Our GUIDED WAVE™ Turbidity Process Probe is designed to withstand corrosive processes. The body of the probe is built from 316L stainless steel. The probe’s sapphire optical windows are sealed to the probe body with polymer O-rings chosen to be compatible with your process. On request, the Turbidity Probe can be supplied welded to an ANSI or DIN process flange. Like our other process probes, 24 inches or longer, it is also compatible with our probe extractor.
Our GUIDED WAVE Turbidity Process Probe with an additional third port can be used for Haze or Turbidity (NTU) measurements with our ClearView® db process photometer. The turbidity measurement detects solids breakthrough in your process while simultaneously measuring the transmission. The 20mm pathlength is appropriate, for example, when monitoring Saybolt color. One of the primary advantages of UV-Vis and NIR process spectroscopy is the utilization of intrinsically safe fiber optic cables to remotely locate the analyzer relative to your process. Inline probes eliminate costly and problematic fast loops and sample systems.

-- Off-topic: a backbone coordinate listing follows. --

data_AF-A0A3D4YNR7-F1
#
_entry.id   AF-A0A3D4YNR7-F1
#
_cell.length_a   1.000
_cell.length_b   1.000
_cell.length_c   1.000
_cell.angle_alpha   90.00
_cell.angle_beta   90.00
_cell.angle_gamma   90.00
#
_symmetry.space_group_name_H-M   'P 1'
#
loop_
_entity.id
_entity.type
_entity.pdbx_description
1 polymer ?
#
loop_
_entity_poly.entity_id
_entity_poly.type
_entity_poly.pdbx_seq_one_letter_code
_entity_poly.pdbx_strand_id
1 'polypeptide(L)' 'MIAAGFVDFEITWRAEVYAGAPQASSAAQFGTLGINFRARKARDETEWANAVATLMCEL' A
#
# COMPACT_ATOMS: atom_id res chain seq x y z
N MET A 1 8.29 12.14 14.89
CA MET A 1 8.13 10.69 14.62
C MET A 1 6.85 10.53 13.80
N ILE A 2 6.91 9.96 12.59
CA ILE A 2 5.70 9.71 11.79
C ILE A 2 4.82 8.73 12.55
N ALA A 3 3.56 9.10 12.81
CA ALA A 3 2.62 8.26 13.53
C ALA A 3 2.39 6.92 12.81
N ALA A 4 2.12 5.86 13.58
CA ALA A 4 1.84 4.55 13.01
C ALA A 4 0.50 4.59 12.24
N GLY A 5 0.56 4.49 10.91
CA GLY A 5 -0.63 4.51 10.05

Turbidity Probe Features
- Corrosion resistant construction
- Rugged design
- O-ring process seals
- Sealed against ambient moisture infiltration
- High optical throughput for low noise spectroscopy
- Collimated beam for accurate absorbance measurements
- Vibration resistant design
- Haze or turbidity measurement is made by a 90° back scatter method. This function requires a third optical fiber to return the scattered light to the analyzer.
Operating Range and Configurations
The operating range of the Turbidity Probe will be determined primarily by the choice of O-ring material. The maximum operating temperature and pressure are 250°C and 500 psi. This probe is available in five standard lengths, and UV, visible and NIR versions.
Exceptional Light Transmission
Our GUIDED WAVVE Turbidity Process Probe provides exceptional optical performance. Typically, peak transmission exceeds 25%. That means more signal, lower measurement noise, and lower limits of detection.